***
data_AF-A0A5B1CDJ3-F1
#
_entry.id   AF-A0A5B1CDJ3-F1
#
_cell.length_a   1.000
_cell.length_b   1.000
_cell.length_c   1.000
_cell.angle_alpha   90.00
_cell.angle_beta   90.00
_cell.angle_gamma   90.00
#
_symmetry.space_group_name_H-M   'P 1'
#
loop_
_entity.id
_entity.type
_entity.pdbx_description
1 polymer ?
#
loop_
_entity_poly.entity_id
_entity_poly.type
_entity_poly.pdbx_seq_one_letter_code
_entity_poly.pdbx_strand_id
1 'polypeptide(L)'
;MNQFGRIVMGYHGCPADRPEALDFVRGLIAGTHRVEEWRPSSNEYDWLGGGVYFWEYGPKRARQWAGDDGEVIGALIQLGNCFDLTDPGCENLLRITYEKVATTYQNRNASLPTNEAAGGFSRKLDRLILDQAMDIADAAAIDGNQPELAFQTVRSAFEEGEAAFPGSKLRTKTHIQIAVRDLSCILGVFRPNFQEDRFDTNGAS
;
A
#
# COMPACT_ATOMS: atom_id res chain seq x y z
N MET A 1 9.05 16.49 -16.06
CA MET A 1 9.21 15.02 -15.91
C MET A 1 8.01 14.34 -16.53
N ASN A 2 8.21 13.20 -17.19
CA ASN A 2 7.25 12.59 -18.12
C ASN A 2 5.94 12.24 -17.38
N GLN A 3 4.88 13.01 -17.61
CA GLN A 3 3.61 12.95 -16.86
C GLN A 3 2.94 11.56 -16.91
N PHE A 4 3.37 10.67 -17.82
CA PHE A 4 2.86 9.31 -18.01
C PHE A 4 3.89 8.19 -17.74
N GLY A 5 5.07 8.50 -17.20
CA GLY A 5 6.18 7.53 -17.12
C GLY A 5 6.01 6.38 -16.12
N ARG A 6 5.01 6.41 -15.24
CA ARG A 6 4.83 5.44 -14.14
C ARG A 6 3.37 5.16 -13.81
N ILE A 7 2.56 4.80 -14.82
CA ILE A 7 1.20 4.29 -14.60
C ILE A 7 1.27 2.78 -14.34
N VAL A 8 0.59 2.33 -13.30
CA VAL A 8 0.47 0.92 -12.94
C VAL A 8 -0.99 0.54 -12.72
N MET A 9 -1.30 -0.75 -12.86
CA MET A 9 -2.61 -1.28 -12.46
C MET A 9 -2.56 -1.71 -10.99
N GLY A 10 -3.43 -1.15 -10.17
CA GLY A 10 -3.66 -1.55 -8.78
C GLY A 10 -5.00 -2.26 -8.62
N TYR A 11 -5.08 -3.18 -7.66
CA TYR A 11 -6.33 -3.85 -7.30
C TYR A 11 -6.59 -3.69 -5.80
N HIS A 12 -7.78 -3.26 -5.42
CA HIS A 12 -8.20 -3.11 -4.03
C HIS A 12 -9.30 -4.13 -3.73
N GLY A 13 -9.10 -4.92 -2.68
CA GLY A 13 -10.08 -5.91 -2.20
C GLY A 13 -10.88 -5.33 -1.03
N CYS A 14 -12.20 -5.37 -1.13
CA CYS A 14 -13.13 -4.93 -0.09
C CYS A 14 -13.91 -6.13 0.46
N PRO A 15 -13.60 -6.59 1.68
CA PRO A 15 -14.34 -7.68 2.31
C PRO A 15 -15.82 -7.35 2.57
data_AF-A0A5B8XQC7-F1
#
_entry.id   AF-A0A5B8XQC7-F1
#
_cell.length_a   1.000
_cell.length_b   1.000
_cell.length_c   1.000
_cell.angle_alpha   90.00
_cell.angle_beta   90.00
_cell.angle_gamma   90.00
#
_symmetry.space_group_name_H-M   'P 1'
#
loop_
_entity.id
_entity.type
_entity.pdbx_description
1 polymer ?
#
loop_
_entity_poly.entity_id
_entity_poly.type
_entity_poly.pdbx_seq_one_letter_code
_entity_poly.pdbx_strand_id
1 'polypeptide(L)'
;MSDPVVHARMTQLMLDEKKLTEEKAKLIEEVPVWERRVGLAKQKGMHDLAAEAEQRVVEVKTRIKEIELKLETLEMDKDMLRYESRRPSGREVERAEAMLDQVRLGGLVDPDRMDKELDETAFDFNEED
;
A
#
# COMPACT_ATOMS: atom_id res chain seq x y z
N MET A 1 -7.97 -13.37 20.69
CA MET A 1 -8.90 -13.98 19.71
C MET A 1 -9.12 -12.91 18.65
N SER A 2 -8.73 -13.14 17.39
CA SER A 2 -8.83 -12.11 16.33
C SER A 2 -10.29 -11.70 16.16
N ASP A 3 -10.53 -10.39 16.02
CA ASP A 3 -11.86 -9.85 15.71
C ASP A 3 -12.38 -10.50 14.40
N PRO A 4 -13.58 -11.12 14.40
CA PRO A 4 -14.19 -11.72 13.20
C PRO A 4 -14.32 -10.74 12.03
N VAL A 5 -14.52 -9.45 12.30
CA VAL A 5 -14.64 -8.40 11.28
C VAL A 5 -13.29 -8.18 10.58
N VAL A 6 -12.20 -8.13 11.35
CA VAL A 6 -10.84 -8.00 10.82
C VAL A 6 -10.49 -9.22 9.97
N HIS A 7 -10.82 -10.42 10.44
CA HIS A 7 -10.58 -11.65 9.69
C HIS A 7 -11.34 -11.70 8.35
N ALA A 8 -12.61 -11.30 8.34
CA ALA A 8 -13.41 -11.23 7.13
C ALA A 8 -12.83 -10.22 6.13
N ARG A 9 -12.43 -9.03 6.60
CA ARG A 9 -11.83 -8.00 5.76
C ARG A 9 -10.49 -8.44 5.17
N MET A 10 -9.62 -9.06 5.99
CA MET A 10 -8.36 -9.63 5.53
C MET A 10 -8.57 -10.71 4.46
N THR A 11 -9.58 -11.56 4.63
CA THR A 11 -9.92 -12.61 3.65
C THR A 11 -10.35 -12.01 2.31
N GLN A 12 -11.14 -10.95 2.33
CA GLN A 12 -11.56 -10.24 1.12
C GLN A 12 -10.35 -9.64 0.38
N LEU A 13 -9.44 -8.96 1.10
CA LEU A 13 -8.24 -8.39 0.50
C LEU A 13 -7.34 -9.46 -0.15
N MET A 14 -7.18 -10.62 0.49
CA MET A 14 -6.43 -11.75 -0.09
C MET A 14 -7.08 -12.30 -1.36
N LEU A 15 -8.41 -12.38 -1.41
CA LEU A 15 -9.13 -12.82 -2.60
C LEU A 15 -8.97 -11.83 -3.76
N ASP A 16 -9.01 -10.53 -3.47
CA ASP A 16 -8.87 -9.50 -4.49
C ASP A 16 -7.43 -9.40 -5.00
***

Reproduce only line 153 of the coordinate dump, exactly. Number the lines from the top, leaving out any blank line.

C ASP A 16 -7.43 -9.40 -5.00